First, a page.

As we saw in our post Which social networks should my business use? Twitter now has over 320 million active users worldwide. So if you’re not already using Twitter for your business, it’s worth signing up.
But with only 140 characters to play with, it’s actually harder than you think to write effective Tweets. How do you get your message across effectively and in the right tone? How do you include a compelling call to action? And how do you start increasing your followers to drive more traffic to your website?
Two types of Tweet
In our experience there are generally 2 types of Tweet:
Broadcasts are Tweets in which people simply share their content or broadcast their message to their followers. These kinds of Tweets are very common and often created by those who don’t ‘get’ Twitter, as they lack the power of a conversational Tweet. We’re not saying there isn’t a use for broadcasts, but it’s generally better to focus more on conversations.
Conversations on Twitter are much more powerful as they’re about sharing value in the context of a conversation. These can typically be a question to an individual/company or sharing content that is relevant to that person/company. If you hit the mark you’ll get likes, mentions and retweets off the back of your Tweet, which has the network effect of being seen by a lot more people!
There’s no hard and fast rule, but generally conversational Tweets are preferred.
Crafting your Tweet
With only 140 characters available, EVERY CHARACTER COUNTS! Each character is like gold dust, taking up precious space in your Tweet.
Whether you’re sending a broadcast or conversation, here’s our 5-part breakdown to writing an awesome Tweet:
1. The hook
This is the main part of your Tweet and should be a question or statement that is interesting, fun or intriguing enough for people to read on.
Twitter users are generally looking to be informed and entertained. They want news updates, interesting content, discounts and special offers. So you need to make sure your Tweets are engaging, represent your brand personality, and include a compelling call to action.
The call to action is the most important part of your Tweet. What action do you want your followers to take? Click on a link? Retweet your post? Whatever the call to action, make sure it’s clear and simple.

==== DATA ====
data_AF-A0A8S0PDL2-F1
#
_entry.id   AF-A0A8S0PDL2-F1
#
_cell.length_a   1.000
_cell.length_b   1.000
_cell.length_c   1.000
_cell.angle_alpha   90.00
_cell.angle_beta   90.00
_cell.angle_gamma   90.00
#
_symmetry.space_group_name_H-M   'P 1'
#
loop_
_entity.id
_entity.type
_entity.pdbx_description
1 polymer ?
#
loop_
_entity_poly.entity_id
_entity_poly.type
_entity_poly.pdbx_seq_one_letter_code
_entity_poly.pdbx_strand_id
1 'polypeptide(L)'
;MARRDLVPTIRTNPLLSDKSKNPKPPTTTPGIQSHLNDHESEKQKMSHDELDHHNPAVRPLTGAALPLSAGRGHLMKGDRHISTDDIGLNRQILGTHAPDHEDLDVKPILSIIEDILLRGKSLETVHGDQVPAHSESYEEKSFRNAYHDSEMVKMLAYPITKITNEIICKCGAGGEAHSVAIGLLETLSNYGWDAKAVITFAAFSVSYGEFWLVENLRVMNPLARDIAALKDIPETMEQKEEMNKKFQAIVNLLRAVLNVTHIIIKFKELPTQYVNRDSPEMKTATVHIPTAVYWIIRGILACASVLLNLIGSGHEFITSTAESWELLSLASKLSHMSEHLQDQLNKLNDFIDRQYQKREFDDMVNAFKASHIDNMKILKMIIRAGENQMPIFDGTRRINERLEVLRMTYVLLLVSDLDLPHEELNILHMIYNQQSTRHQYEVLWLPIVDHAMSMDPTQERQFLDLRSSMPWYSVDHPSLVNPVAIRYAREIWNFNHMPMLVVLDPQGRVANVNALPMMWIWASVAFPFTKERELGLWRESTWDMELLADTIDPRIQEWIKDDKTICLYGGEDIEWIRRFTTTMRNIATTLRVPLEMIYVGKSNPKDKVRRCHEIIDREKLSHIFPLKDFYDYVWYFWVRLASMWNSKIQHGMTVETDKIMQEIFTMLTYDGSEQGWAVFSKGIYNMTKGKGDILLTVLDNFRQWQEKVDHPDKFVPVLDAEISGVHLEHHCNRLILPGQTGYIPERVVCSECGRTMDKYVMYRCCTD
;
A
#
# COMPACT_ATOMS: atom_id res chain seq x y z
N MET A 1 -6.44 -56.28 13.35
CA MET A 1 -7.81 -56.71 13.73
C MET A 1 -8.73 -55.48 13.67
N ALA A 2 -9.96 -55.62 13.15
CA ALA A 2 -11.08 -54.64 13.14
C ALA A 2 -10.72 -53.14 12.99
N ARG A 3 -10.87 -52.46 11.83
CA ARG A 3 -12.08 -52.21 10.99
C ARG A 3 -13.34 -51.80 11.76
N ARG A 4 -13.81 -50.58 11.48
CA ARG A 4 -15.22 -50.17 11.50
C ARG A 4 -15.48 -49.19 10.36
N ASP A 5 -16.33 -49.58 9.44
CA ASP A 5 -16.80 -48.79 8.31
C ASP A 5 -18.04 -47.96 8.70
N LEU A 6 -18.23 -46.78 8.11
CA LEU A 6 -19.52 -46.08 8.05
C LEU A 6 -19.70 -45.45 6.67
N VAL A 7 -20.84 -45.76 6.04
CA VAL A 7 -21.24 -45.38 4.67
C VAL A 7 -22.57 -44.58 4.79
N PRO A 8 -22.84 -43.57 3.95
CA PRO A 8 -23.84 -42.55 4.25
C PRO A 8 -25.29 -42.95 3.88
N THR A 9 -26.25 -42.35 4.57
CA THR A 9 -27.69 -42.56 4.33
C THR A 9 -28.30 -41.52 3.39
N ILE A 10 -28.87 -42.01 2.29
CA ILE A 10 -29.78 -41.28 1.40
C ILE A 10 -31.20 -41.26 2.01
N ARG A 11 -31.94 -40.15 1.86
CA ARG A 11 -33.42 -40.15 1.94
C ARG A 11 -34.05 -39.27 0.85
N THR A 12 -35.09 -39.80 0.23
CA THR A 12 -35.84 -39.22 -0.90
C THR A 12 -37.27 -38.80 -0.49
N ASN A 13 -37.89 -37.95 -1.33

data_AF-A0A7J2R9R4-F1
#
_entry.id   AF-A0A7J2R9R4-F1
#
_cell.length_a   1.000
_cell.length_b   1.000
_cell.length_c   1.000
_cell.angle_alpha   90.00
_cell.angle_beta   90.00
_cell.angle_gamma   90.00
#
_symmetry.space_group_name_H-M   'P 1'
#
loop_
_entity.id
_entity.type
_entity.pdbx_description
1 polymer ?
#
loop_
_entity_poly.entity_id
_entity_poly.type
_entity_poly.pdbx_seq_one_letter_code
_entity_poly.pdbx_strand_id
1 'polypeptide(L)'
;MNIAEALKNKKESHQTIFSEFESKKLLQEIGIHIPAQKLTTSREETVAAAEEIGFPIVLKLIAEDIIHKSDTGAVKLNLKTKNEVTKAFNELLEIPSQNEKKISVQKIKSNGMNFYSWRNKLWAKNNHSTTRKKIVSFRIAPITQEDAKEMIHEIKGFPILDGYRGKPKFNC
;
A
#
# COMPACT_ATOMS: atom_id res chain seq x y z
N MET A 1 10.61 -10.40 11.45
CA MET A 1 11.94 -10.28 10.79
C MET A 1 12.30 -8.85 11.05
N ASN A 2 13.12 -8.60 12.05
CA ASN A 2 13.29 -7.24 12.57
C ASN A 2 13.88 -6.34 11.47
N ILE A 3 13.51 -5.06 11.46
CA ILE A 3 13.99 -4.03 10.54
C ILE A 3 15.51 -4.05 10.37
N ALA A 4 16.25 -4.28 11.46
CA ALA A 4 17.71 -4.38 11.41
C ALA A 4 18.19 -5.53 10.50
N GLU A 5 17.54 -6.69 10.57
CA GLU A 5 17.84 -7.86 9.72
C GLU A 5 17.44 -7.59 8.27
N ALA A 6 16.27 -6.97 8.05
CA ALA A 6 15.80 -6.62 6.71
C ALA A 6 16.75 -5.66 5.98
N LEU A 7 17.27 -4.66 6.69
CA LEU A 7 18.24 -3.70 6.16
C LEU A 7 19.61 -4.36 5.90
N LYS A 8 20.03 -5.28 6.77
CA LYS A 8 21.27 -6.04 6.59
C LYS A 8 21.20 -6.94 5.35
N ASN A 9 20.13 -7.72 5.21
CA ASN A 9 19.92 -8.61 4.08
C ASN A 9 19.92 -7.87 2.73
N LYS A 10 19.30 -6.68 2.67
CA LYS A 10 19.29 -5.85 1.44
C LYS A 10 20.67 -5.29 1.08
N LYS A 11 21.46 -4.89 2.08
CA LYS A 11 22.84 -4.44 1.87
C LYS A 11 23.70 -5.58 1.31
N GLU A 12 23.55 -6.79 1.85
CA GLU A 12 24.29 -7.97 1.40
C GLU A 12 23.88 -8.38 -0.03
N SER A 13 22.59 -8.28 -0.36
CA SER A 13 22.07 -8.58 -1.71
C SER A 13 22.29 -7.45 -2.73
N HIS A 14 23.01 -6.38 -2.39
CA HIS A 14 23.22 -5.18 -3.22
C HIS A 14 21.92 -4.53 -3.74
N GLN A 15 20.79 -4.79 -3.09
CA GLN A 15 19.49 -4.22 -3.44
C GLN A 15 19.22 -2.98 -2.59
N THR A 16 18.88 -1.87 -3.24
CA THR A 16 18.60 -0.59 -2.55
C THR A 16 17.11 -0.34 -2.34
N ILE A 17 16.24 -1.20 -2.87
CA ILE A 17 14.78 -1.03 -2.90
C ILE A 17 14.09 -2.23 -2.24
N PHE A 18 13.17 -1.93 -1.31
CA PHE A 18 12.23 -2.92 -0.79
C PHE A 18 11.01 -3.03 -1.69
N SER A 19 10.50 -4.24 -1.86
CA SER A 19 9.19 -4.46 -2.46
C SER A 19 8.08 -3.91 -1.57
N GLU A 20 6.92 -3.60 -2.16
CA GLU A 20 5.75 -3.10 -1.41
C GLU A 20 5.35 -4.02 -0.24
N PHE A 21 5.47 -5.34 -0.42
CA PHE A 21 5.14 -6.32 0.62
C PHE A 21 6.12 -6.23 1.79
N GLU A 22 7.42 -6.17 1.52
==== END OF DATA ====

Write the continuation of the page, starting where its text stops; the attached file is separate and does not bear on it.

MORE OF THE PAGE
2. The link
More often than not, the goal of your Tweet will be to drive your followers to a blog post, a web page or some other landing page. So you’ll need to include a link, or URL.
Courtney Seiter of Buffer claims that:
“Link clicks are by far the biggest way users interact with content, accounting for 92% of all user interaction with Tweets.”
“But how do I fit my URL in with only 140 characters to spare?” I hear you cry! Well, that’s where URL shorteners come in. These are handy tools that compress your URL into far fewer characters, no matter how long it is to start with.
One option is to use Twitter’s built-in shortener, http://t.co, which automatically shortens any URL you enter. But this will alter a URL of any length to 23 characters, even if the link itself is less than 23 characters long. So you may end up losing some of those precious characters.
At Wildheart we use Bitly to shorten our links when sharing them on social media. Many consider Bitly to be the No.1 choice when it comes to URL shortening, so it’s good to know we’re on the right track!
3. A relevant hashtag
Hashtags are a way of relating your Tweets to a specific topic. They’ll help your Tweets get found more easily (when people search for the topic), and allow you to more easily engage with wider discussions occurring within that topic.
You can search for existing hashtags using the Twitter search field, or if you’re writing on a broad topic that’s likely to already have a hashtag, just go ahead and apply it, e.g. #contentmarketing or #socialmedia.
You can also start your own hashtags if you want to encourage activity in a niche area, or if your business is running a promotion. For example, we might invite our followers to enter a competition by using the hashtag #wildheartgiveaway.
A word of warning: you should never use more than 2 hashtags in any Tweet. Also, if you’re sending a conversational Tweet to someone new, you might want to leave out hashtags altogether, as they can come across as a bit ‘spammy’.
4. Mention someone relevant